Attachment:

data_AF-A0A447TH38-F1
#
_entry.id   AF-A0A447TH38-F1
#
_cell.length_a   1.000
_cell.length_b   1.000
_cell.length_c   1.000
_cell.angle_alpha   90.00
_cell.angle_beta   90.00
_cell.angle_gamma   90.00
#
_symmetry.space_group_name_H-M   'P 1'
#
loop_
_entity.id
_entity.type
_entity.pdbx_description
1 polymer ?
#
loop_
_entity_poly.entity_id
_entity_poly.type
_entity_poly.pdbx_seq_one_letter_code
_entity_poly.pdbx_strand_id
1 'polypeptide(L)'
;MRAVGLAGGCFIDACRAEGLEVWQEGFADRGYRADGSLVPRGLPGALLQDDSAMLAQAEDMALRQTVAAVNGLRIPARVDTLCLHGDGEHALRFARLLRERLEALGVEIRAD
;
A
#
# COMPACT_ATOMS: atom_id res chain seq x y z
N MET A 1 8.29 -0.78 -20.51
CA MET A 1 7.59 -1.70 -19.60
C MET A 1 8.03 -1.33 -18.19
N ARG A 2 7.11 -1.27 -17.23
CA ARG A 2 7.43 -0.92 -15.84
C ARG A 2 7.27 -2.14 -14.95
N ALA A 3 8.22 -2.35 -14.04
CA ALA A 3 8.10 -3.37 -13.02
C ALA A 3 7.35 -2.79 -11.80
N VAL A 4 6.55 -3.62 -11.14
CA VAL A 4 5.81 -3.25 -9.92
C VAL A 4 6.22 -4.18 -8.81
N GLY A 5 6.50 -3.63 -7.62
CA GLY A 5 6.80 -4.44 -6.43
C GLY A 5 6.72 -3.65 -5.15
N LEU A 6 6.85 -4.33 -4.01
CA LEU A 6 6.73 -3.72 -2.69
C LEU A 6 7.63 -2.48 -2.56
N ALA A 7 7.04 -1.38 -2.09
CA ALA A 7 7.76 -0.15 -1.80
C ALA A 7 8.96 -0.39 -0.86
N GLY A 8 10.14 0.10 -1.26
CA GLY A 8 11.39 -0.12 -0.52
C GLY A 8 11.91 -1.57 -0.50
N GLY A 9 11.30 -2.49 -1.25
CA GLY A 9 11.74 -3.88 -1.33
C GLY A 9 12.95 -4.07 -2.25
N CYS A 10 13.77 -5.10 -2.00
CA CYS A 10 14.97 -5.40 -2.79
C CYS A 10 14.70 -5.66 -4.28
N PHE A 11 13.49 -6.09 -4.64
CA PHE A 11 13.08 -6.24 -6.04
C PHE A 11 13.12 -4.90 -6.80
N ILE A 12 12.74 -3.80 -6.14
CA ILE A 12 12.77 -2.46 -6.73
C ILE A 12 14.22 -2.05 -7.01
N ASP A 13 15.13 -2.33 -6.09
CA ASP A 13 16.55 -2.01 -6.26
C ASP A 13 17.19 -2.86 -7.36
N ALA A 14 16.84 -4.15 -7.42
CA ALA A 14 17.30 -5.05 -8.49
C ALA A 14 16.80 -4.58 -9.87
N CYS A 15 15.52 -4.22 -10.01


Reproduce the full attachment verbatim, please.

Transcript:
data_AF-A0A447TH38-F1
#
_entry.id   AF-A0A447TH38-F1
#
_cell.length_a   1.000
_cell.length_b   1.000
_cell.length_c   1.000
_cell.angle_alpha   90.00
_cell.angle_beta   90.00
_cell.angle_gamma   90.00
#
_symmetry.space_group_name_H-M   'P 1'
#
loop_
_entity.id
_entity.type
_entity.pdbx_description
1 polymer ?
#
loop_
_entity_poly.entity_id
_entity_poly.type
_entity_poly.pdbx_seq_one_letter_code
_entity_poly.pdbx_strand_id
1 'polypeptide(L)'
;MRAVGLAGGCFIDACRAEGLEVWQEGFADRGYRADGSLVPRGLPGALLQDDSAMLAQAEDMALRQTVAAVNGLRIPARVDTLCLHGDGEHALRFARLLRERLEALGVEIRAD
;
A
#
# COMPACT_ATOMS: atom_id res chain seq x y z
N MET A 1 8.29 -0.78 -20.51
CA MET A 1 7.59 -1.70 -19.60
C MET A 1 8.03 -1.33 -18.19
N ARG A 2 7.11 -1.27 -17.23
CA ARG A 2 7.43 -0.92 -15.84
C ARG A 2 7.27 -2.14 -14.95
N ALA A 3 8.22 -2.35 -14.04
CA ALA A 3 8.10 -3.37 -13.02
C ALA A 3 7.35 -2.79 -11.80
N VAL A 4 6.55 -3.62 -11.14
CA VAL A 4 5.81 -3.25 -9.92
C VAL A 4 6.22 -4.18 -8.81
N GLY A 5 6.50 -3.63 -7.62
CA GLY A 5 6.80 -4.44 -6.43
C GLY A 5 6.72 -3.65 -5.15
N LEU A 6 6.85 -4.33 -4.01
CA LEU A 6 6.73 -3.72 -2.69
C LEU A 6 7.63 -2.48 -2.56
N ALA A 7 7.04 -1.38 -2.09
CA ALA A 7 7.76 -0.15 -1.80
C ALA A 7 8.96 -0.39 -0.86
N GLY A 8 10.14 0.10 -1.26
CA GLY A 8 11.39 -0.12 -0.52
C GLY A 8 11.91 -1.57 -0.50
N GLY A 9 11.30 -2.49 -1.25
CA GLY A 9 11.74 -3.88 -1.33
C GLY A 9 12.95 -4.07 -2.25
N CYS A 10 13.77 -5.10 -2.00
CA CYS A 10 14.97 -5.40 -2.79
C CYS A 10 14.70 -5.66 -4.28
N PHE A 11 13.49 -6.09 -4.64
CA PHE A 11 13.08 -6.24 -6.04
C PHE A 11 13.12 -4.90 -6.80
N ILE A 12 12.74 -3.80 -6.14
CA ILE A 12 12.77 -2.46 -6.73
C ILE A 12 14.22 -2.05 -7.01
N ASP A 13 15.13 -2.33 -6.09
CA ASP A 13 16.55 -2.01 -6.26
C ASP A 13 17.19 -2.86 -7.36
N ALA A 14 16.84 -4.15 -7.42
CA ALA A 14 17.30 -5.05 -8.49
C ALA A 14 16.80 -4.58 -9.87
N CYS A 15 15.52 -4.22 -10.01